… certain wonks on the libertarian right and liberal left have come to a strange convergence around the idea — some prefer an unconditional “basic” income that would go out to everyone, no strings attached; others a means-tested “minimum” income to supplement the earnings of the poor up to a given level.
The case from the right is one of expediency and efficacy. Let’s say that Congress decided to provide a basic income through the tax code or by expanding the Social Security program. Such a system might work better and be fairer than the current patchwork of programs, including welfare, food stamps and housing vouchers. A single father with two jobs and two children would no longer have to worry about the hassle of visiting a bunch of offices to receive benefits. And giving him a single lump sum might help him use his federal dollars better. Housing vouchers have to be spent on housing, food stamps on food. Those dollars would be more valuable — both to the recipient and the economy at large — if they were fungible.
Even better, conservatives think, such a program could significantly reduce the size of our federal bureaucracy. It could take the place of welfare, food stamps, housing vouchers and hundreds of other programs, all at once: Hello, basic income; goodbye, H.U.D. Charles Murray of the conservative American Enterprise Institute has proposed a minimum income for just that reason — feed the poor, and starve the beast. “Give the money to the people,” Murray wrote in his book “In Our Hands: A Plan to Replace the Welfare State.” He suggested guaranteeing $10,000 a year to anyone meeting the following conditions: be American, be over 21, stay out of jail and — as he once quipped — “have a pulse.”
The left is more concerned with the power of a minimum or basic income as an anti-poverty and pro-mobility tool. There happens to be some hard evidence to bolster the policy’s case. In the mid-1970s, the tiny Canadian town of Dauphin ( the “garden capital of Manitoba” ) acted as guinea pig for a grand experiment in social policy called “Mincome.” For a short period of time, all the residents of the town received a guaranteed minimum income. About 1,000 poor families got monthly checks to supplement their earnings.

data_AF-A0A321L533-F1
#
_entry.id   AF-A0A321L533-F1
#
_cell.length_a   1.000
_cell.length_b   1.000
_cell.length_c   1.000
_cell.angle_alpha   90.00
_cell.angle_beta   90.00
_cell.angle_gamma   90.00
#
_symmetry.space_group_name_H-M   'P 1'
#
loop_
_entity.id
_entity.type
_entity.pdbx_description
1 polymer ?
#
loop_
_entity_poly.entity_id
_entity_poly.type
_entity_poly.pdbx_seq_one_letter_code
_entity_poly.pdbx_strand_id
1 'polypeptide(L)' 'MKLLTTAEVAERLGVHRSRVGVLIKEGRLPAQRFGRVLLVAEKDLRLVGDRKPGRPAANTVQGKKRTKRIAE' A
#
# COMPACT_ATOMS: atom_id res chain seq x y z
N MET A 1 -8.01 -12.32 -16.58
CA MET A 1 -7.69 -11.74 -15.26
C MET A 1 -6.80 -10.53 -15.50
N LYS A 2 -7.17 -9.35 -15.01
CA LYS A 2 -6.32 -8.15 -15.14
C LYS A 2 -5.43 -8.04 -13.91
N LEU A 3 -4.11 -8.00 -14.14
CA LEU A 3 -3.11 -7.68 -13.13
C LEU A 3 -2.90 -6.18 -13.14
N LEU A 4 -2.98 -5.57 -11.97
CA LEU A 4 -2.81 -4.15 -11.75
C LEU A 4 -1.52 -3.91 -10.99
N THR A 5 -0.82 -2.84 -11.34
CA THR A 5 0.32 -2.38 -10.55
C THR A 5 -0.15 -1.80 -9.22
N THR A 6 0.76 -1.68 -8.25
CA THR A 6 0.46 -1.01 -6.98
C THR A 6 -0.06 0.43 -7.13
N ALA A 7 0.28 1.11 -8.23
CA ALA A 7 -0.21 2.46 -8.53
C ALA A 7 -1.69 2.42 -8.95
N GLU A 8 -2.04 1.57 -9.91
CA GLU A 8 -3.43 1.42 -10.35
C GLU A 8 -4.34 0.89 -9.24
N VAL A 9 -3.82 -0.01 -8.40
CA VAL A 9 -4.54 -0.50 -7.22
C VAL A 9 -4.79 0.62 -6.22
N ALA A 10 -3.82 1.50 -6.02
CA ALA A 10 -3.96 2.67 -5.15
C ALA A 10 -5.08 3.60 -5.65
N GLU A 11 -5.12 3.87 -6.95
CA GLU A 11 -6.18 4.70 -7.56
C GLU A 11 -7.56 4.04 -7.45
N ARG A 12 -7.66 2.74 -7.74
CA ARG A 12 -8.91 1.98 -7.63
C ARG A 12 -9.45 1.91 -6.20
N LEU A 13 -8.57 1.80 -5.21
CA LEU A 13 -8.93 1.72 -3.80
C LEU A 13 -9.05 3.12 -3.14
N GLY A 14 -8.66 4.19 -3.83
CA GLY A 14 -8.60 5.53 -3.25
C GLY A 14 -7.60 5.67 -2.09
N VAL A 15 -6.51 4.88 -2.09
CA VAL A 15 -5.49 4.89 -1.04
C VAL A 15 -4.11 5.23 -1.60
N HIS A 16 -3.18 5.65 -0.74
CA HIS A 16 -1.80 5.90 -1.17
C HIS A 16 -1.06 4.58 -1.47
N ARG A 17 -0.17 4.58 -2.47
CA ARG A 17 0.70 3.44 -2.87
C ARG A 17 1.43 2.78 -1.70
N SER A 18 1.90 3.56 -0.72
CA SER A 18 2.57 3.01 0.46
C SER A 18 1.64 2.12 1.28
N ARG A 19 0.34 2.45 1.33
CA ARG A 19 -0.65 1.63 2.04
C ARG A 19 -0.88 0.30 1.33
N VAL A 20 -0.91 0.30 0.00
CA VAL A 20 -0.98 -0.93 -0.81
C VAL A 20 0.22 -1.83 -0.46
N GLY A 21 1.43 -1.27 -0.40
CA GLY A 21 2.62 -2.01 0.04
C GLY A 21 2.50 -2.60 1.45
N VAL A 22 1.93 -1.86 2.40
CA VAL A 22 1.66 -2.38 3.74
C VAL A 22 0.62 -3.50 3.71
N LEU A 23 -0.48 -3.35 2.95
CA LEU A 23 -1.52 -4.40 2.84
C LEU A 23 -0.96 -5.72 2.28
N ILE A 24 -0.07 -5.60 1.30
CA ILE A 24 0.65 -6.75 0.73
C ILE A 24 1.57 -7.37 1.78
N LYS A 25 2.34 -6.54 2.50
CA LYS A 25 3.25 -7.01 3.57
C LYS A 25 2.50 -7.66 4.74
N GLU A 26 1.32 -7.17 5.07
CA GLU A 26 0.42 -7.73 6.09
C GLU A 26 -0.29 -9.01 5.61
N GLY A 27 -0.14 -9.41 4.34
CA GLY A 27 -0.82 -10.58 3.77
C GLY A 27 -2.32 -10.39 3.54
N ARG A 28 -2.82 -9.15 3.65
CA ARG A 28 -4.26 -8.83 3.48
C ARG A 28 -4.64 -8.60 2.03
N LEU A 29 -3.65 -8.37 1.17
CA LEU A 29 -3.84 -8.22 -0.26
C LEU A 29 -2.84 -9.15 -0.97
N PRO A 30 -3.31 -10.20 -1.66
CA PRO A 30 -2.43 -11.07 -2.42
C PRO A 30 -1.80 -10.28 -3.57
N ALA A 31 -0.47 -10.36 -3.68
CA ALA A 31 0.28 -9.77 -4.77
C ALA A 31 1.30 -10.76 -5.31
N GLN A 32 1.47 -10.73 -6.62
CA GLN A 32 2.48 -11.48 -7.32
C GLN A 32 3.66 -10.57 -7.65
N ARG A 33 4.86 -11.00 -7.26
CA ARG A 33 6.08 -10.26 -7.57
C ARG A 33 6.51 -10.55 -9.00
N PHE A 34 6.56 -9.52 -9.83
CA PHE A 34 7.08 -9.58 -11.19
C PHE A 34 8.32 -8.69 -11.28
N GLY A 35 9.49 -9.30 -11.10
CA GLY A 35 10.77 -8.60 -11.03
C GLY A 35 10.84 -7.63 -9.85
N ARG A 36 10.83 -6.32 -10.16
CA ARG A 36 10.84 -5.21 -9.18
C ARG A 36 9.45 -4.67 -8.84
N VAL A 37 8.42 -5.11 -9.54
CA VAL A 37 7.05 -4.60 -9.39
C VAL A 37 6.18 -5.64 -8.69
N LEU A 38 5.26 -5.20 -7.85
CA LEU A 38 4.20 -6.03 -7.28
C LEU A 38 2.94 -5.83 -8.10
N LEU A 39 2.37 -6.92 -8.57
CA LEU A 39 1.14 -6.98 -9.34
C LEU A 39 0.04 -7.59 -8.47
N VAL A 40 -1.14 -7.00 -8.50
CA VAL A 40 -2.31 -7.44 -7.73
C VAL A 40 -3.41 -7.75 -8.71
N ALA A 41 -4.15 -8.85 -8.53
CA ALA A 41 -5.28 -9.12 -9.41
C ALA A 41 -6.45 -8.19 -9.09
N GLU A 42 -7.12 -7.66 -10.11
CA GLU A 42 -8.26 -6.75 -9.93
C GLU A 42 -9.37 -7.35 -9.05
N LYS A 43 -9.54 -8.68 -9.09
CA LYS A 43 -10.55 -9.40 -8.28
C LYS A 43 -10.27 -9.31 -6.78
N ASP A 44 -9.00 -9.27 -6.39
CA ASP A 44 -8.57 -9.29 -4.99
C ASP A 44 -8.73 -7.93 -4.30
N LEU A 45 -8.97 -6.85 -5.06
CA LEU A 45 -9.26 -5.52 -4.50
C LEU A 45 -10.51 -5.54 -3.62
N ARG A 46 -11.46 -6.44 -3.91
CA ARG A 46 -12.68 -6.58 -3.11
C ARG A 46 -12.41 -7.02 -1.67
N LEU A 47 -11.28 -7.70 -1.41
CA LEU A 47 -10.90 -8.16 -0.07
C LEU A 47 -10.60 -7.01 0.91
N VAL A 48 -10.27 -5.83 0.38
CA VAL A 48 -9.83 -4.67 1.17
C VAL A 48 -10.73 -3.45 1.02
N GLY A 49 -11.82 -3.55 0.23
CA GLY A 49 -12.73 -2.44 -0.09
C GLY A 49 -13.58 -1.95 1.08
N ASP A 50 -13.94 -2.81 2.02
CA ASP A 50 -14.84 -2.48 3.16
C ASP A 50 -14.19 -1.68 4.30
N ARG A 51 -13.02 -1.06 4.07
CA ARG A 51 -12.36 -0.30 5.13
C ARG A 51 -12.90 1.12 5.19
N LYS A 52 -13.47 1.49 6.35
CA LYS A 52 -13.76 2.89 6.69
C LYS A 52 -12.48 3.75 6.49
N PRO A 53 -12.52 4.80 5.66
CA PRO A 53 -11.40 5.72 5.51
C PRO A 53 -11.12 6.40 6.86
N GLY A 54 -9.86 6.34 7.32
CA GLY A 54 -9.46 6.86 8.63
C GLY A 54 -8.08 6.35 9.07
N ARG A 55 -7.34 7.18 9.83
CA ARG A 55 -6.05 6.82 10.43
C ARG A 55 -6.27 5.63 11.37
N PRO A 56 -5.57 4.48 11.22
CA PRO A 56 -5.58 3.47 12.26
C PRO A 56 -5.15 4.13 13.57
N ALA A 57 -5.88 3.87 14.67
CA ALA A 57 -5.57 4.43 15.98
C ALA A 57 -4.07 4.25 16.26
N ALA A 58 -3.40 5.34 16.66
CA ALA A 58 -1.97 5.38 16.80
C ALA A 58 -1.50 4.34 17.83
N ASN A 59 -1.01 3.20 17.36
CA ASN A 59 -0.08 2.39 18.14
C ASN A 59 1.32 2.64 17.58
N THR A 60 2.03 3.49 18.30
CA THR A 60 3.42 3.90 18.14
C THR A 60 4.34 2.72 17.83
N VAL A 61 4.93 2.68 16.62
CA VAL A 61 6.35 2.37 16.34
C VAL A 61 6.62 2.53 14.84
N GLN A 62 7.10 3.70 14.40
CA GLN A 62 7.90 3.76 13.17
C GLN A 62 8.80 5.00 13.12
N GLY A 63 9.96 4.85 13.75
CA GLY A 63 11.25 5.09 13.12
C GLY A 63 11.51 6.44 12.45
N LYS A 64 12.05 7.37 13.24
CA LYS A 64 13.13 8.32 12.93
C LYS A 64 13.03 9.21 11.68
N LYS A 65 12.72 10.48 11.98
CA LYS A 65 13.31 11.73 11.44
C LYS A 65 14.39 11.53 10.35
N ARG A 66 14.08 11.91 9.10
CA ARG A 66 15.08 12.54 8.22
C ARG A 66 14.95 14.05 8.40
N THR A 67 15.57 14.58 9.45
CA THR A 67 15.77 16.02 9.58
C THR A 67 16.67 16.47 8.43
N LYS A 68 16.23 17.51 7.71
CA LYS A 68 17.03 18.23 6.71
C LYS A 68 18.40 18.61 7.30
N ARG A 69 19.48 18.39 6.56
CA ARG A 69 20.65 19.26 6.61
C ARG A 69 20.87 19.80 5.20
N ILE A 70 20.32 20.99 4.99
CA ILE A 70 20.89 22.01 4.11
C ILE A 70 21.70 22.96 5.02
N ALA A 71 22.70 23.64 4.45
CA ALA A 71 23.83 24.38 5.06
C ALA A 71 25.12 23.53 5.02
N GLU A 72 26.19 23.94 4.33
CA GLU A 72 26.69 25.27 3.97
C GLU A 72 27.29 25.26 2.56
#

Evelyn Forget, a health economist at the University of Manitoba, has done some of the best research on the results. Some of her findings were obvious: Poverty disappeared. But others were more surprising: High-school completion rates went up; hospitalization rates went down. “If you have a social program like this, community values themselves start to change,” Forget said.
There are strong arguments against minimum or basic incomes, too. Cost is one. Creating a massive disincentive to work is another. But some experts said the effect might be smaller than you would think. A basic income might be enough to live on, but not enough to live very well on. Such a program would be designed to end poverty without creating a nation of layabouts. The Mincome experiment offers some backup for that argument, too.“For a lot of economists, the issue was that you would disincentivize work,” said Wayne Simpson, a Canadian economist who has studied Mincome. “The evidence showed that it was not nearly as bad as some of the literature had suggested.”
There’s a deeper, scarier reason that arguments for guaranteed incomes have resurfaced of late. Wages are stagnant, unemployment is high and tens of millions of families are struggling in Europe and here at home. Despite record corporate earnings and skyrocketing fortunes for the college-educated and already well-off, the job market is simply not rewarding many fully employed workers with a decent way of life. Millions of households have had no real increase in earnings since the late 1980s.